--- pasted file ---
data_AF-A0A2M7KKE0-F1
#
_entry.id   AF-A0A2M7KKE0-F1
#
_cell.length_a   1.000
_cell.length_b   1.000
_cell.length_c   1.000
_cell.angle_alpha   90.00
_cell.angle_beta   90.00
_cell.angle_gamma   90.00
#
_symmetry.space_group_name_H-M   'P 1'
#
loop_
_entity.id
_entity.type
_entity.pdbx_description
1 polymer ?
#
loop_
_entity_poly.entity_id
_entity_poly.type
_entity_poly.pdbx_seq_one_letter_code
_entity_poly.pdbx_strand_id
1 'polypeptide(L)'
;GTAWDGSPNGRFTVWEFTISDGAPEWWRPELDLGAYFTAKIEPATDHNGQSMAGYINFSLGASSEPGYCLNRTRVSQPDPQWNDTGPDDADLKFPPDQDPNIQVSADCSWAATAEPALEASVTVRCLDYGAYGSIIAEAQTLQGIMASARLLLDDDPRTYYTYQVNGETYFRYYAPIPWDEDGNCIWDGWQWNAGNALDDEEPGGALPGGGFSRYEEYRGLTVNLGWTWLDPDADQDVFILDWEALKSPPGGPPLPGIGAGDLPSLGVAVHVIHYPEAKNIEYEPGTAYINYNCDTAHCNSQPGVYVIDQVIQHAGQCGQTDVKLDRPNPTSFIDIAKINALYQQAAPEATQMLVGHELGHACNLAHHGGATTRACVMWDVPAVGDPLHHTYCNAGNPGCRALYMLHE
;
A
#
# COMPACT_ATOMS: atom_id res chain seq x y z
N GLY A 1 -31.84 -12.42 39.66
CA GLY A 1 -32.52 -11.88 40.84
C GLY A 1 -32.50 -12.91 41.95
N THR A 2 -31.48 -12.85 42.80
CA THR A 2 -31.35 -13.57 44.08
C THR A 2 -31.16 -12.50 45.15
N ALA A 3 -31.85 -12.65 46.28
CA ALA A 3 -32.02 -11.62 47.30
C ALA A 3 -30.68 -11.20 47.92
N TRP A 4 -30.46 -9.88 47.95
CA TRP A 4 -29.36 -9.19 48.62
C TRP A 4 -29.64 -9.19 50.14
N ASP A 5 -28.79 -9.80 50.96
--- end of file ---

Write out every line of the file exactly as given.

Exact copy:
data_AF-A0A2M7KKE0-F1
#
_entry.id   AF-A0A2M7KKE0-F1
#
_cell.length_a   1.000
_cell.length_b   1.000
_cell.length_c   1.000
_cell.angle_alpha   90.00
_cell.angle_beta   90.00
_cell.angle_gamma   90.00
#
_symmetry.space_group_name_H-M   'P 1'
#
loop_
_entity.id
_entity.type
_entity.pdbx_description
1 polymer ?
#
loop_
_entity_poly.entity_id
_entity_poly.type
_entity_poly.pdbx_seq_one_letter_code
_entity_poly.pdbx_strand_id
1 'polypeptide(L)'
;GTAWDGSPNGRFTVWEFTISDGAPEWWRPELDLGAYFTAKIEPATDHNGQSMAGYINFSLGASSEPGYCLNRTRVSQPDPQWNDTGPDDADLKFPPDQDPNIQVSADCSWAATAEPALEASVTVRCLDYGAYGSIIAEAQTLQGIMASARLLLDDDPRTYYTYQVNGETYFRYYAPIPWDEDGNCIWDGWQWNAGNALDDEEPGGALPGGGFSRYEEYRGLTVNLGWTWLDPDADQDVFILDWEALKSPPGGPPLPGIGAGDLPSLGVAVHVIHYPEAKNIEYEPGTAYINYNCDTAHCNSQPGVYVIDQVIQHAGQCGQTDVKLDRPNPTSFIDIAKINALYQQAAPEATQMLVGHELGHACNLAHHGGATTRACVMWDVPAVGDPLHHTYCNAGNPGCRALYMLHE
;
A
#
# COMPACT_ATOMS: atom_id res chain seq x y z
N GLY A 1 -31.84 -12.42 39.66
CA GLY A 1 -32.52 -11.88 40.84
C GLY A 1 -32.50 -12.91 41.95
N THR A 2 -31.48 -12.85 42.80
CA THR A 2 -31.35 -13.57 44.08
C THR A 2 -31.16 -12.50 45.15
N ALA A 3 -31.85 -12.65 46.28
CA ALA A 3 -32.02 -11.62 47.30
C ALA A 3 -30.68 -11.20 47.92
N TRP A 4 -30.46 -9.88 47.95
CA TRP A 4 -29.36 -9.19 48.62
C TRP A 4 -29.64 -9.19 50.14
N ASP A 5 -28.79 -9.80 50.96